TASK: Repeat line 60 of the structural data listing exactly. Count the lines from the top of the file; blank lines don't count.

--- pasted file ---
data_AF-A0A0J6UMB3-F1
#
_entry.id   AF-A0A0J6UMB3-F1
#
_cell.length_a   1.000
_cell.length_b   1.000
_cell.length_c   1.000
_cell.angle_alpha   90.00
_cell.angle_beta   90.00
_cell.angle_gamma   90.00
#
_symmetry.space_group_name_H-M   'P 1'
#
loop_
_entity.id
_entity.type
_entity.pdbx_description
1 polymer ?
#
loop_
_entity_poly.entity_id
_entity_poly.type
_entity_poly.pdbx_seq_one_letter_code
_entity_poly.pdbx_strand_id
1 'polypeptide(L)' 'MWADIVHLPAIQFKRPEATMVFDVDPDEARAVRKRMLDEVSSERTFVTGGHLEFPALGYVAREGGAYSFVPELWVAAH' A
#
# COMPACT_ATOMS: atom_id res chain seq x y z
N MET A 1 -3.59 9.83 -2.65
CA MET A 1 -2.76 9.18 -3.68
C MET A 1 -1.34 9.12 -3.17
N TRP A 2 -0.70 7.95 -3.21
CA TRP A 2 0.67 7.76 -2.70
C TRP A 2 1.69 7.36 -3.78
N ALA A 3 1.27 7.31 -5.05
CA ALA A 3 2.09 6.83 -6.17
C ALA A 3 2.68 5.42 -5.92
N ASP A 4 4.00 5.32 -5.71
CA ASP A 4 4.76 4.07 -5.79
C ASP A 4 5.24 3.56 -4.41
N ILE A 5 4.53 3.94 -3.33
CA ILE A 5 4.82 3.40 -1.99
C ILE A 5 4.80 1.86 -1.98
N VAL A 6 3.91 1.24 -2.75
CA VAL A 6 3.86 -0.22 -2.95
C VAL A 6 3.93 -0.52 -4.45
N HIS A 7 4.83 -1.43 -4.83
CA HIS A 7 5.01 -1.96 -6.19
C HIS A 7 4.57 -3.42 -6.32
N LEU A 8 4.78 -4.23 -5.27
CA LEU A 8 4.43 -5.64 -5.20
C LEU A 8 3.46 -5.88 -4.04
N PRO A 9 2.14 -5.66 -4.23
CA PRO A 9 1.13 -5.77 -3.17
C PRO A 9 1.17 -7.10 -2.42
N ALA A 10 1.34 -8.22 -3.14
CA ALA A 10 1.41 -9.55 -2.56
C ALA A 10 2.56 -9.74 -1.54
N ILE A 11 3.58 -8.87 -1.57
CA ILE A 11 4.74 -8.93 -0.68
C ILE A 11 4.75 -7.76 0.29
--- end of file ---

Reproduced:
C ILE A 11 4.75 -7.76 0.29